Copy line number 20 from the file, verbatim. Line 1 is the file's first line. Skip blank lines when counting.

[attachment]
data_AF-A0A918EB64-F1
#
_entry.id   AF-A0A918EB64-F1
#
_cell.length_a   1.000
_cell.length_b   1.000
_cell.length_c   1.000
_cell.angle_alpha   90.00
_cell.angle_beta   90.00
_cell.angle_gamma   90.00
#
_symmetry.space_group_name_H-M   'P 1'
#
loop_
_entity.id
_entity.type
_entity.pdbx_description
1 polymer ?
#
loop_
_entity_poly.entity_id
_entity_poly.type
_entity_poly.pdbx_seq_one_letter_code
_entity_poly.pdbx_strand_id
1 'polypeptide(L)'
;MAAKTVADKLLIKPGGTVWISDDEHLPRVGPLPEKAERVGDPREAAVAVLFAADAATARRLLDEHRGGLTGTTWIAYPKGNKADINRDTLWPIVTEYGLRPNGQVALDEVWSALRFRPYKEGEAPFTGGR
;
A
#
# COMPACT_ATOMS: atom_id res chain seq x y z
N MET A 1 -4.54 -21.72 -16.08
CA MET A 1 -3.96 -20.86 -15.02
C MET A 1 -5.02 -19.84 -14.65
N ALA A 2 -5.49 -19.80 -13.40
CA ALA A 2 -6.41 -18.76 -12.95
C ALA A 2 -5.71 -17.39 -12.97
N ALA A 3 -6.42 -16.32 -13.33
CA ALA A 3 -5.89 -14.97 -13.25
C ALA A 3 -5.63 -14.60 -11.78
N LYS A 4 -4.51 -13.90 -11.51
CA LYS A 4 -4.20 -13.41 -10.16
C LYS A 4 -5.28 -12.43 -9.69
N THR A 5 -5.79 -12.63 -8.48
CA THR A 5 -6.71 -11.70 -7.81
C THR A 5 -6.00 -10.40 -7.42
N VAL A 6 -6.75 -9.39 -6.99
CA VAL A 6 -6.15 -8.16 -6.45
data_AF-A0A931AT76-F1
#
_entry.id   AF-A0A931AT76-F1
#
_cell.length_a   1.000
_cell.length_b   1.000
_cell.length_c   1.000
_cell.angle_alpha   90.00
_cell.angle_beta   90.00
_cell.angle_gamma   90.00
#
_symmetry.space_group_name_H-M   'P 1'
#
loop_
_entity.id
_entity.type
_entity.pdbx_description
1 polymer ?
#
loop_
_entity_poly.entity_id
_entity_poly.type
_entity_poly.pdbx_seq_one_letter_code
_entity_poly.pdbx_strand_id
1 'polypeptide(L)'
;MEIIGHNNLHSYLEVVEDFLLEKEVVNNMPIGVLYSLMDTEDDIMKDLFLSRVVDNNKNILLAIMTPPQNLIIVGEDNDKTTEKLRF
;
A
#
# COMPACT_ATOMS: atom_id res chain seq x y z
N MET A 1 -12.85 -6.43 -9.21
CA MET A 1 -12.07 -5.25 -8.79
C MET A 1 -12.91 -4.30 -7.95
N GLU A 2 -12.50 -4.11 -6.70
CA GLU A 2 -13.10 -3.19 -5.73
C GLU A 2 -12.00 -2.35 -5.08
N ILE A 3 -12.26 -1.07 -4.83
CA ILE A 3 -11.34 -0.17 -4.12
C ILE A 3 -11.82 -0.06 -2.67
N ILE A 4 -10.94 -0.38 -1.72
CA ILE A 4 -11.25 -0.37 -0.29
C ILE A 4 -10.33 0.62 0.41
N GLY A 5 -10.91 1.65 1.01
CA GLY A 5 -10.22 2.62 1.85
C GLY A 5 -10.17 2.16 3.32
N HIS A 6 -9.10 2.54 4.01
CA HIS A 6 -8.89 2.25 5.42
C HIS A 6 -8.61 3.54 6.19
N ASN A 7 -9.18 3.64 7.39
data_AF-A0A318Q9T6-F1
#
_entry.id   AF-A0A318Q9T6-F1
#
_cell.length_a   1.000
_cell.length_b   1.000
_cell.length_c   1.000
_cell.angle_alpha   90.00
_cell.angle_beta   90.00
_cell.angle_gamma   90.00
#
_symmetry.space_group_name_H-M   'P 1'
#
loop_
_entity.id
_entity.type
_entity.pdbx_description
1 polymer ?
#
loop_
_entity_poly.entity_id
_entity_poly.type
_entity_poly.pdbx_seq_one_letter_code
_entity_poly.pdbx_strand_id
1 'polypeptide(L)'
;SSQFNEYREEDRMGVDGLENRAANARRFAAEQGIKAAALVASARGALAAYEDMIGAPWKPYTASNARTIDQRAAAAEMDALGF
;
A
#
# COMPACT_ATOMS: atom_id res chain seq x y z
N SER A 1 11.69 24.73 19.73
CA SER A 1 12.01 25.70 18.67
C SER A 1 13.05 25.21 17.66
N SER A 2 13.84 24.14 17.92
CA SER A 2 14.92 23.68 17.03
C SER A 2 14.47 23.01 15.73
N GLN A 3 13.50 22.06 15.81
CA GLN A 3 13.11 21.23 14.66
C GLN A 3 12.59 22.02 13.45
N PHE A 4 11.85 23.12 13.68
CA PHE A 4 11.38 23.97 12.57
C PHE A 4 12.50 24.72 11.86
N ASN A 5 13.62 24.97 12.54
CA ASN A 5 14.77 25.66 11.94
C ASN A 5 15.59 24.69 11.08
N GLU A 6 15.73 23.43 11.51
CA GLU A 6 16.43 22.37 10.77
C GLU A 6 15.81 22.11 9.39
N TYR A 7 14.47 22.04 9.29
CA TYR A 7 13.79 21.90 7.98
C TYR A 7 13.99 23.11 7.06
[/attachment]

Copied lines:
loop_